Dandy. A failure of the motor itself is by far the least common cause of low idle, but it can happen. If that happened to me, I would assume I overlooked a stretched connector terminal, or one that was corroded. I would second-guess myself, even after the problem was solved.
For future reference, you don't have to do the relearn procedure when you replace this motor, or any other part. On most brands of cars that use this type of idle speed control system, the Engine Computer is not interested in the step number it has placed the motor at. It is simply concerned with whether it needs to move the motor to a higher step, a lower step, or leave it alone. Being able to read the step number on a scanner is more a benefit for the mechanic. On most of these systems, the computer pulses the motor with its varying voltages and polarities to fully extend the valve as far as possible each time you stop the engine, then it immediately retracts it a specific number of steps so it's ready for the next engine start. At that point, at start-up, idle speed will immediately go to 1500 rpm, then drop to normal after a few seconds.
Also, since I'm sharing this wondrous information, what the Engine Computer is looking for during the relearn process is the signal voltage from the throttle position sensor when your foot is off the accelerator pedal. There is no way it can know when that is when the vehicle is idling at a standstill. Instead, it knows the throttle is fully-closed when the signal voltage is holding perfectly steady and intake manifold vacuum is very high. You can get that high vacuum from snapping the throttle and quickly releasing it, but that will not last for more than two or three seconds. When you coast down from highway speed, that high vacuum can last for WAY longer than seven seconds. The computer knows that can only occur when the vehicle is moving. At the same time it sees the throttle voltage is not bouncing around from your foot vibrating on the accelerator pedal, so it knows the throttle is at its lowest setting. That is when it takes the throttle position sensor's reading. From then on, any time it sees that same TPS voltage, it knows it has to be in control of idle speed.
It can be possible to run into an idle speed problem when you replace the throttle position sensor. They have ground, (0.2 volts) on one terminal, and 5.0 volts on the another one. The movable signal terminal picks a voltage off between those two extremes, but there are mechanical stops that limit that range of voltage. Those limits will vary between any two sensors by as much as a couple of tenths of a volt, but for circuit description purposes, the range is from 0.5 volt to 4.5 volts. (Readings outside that range are what triggers the computer to set a diagnostic fault code).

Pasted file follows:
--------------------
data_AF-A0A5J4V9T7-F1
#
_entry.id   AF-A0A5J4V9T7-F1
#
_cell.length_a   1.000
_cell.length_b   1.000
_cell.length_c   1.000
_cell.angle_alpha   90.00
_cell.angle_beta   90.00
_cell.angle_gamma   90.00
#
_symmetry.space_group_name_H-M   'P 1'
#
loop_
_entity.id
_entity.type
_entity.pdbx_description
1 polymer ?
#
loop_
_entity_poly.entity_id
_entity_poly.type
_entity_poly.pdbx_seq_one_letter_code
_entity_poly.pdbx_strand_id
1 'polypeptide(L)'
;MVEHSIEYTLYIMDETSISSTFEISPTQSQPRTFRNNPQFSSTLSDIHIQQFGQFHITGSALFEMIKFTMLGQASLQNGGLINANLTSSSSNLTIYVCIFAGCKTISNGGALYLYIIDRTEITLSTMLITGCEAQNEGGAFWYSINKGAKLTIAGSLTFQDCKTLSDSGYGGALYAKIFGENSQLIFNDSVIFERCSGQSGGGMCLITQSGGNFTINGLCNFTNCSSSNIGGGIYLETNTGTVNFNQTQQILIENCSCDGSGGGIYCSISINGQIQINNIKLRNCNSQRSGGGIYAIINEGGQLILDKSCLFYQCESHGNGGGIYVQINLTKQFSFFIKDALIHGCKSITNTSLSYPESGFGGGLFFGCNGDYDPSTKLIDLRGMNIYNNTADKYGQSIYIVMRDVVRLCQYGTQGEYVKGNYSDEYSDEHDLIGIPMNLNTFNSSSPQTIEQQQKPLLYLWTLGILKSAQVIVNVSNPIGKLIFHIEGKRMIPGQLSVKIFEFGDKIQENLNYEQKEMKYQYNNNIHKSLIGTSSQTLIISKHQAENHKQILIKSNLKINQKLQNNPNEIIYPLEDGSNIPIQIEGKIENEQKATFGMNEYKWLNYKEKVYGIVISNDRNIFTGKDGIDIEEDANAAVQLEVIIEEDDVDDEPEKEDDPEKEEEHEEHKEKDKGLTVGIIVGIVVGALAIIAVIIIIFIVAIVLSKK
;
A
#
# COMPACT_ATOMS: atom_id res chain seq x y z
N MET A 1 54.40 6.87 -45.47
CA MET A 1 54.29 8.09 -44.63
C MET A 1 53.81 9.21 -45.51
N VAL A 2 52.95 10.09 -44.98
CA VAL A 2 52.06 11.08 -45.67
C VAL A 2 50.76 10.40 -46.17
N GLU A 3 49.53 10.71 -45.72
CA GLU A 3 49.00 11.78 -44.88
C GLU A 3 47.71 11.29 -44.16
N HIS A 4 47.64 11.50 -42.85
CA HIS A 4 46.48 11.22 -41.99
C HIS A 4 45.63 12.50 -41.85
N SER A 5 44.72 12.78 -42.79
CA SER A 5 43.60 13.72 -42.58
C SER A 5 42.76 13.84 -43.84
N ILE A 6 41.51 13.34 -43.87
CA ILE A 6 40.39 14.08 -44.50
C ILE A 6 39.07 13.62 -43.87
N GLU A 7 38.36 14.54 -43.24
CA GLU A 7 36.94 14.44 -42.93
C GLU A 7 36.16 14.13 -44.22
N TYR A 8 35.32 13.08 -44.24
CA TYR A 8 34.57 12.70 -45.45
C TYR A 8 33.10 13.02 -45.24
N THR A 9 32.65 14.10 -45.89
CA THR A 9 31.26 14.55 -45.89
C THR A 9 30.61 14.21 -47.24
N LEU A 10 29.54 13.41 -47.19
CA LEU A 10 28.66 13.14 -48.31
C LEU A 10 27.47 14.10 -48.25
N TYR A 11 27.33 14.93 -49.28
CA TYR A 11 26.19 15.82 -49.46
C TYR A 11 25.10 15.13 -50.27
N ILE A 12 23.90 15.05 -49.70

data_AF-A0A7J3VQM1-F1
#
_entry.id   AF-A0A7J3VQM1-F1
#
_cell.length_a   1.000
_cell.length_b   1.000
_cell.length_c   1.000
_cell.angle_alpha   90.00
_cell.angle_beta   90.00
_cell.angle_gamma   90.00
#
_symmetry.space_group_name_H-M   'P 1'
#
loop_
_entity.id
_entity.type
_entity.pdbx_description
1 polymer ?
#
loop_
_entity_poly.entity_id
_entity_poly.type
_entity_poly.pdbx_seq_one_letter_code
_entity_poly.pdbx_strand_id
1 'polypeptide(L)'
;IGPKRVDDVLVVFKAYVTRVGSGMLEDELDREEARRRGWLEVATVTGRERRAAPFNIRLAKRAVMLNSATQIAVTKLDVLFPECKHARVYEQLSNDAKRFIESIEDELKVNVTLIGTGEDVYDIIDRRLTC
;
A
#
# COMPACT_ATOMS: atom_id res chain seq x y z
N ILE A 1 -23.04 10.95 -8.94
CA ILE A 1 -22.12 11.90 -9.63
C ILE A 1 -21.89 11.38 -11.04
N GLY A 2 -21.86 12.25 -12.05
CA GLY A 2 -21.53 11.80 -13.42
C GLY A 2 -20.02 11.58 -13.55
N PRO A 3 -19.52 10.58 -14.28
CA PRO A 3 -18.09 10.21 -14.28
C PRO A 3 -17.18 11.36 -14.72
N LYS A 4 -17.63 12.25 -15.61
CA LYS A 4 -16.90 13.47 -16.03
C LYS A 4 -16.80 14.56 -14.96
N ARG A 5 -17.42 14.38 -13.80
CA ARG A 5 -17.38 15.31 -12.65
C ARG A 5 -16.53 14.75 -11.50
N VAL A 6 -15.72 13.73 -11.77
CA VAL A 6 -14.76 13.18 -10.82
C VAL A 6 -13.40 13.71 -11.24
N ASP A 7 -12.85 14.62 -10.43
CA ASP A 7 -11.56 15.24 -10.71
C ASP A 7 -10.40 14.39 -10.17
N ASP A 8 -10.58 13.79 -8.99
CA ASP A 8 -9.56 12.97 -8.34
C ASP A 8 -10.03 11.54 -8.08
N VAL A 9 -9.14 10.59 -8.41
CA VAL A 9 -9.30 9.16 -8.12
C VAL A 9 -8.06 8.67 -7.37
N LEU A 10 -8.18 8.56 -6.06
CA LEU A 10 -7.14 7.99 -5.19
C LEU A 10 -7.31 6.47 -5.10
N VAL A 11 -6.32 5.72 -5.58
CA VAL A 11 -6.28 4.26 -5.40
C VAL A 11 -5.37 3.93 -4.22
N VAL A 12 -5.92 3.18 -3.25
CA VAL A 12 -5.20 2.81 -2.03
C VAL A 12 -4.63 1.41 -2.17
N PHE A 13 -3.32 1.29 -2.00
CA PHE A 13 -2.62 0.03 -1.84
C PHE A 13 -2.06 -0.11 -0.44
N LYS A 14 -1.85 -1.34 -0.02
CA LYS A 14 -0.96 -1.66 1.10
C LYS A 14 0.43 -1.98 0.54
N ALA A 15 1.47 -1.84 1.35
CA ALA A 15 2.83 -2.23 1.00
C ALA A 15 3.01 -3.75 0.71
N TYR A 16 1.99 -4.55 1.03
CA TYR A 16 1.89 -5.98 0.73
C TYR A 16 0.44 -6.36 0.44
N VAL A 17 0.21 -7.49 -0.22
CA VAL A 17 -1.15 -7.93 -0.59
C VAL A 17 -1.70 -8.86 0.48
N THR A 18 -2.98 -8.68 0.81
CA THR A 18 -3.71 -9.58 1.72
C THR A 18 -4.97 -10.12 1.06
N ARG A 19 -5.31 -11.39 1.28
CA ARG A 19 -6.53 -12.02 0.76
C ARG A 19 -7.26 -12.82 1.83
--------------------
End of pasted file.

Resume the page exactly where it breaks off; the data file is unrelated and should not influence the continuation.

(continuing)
For my sad story, suppose you do the relearn procedure, and the TPS voltage at idle is 0.62 volts. From then on, any time the computer sees 0.62 volts, it will adjust idle speed. If you replace the TPS with one that develops 0.68 volts at idle, the computer will still be waiting to see 0.62 volts, so it will leave engine speed up to you. Most of the time the mechanic who changed the part does a test-drive including the relearn. When the car owner does this, most commonly they inadvertently do the relearn procedure without even knowing it is taking place.
You also have a 50 percent chance the new TPS will have a lower signal voltage at idle. The Engine Computer sees that, and knows that can't be a one-time thing. It immediately puts that new voltage in memory, and from then on, that is what it needs to see to know when to be in control of idle speed. It's only when the voltage from the new TPS at idle is higher that a relearn is necessary.
The need for this procedure can lead to frustration, but once you're aware of it, doing that is much easier than for cars with some of the earliest computer systems. Some of those required adjusting a new throttle position sensor to develop the specified signal voltage at idle. As far as the computer was concerned, there was just one correct voltage. Those cars didn't talk to scanners either, so we had to dig out a digital voltmeter, figure out where to connect it, find the service manual to see what to adjust the sensor to, loosen it to adjust it, .... It's far easier to just drive and coast.
Happy to hear you have this solved.
Monday, December 5th, 2016 AT 9:07 PM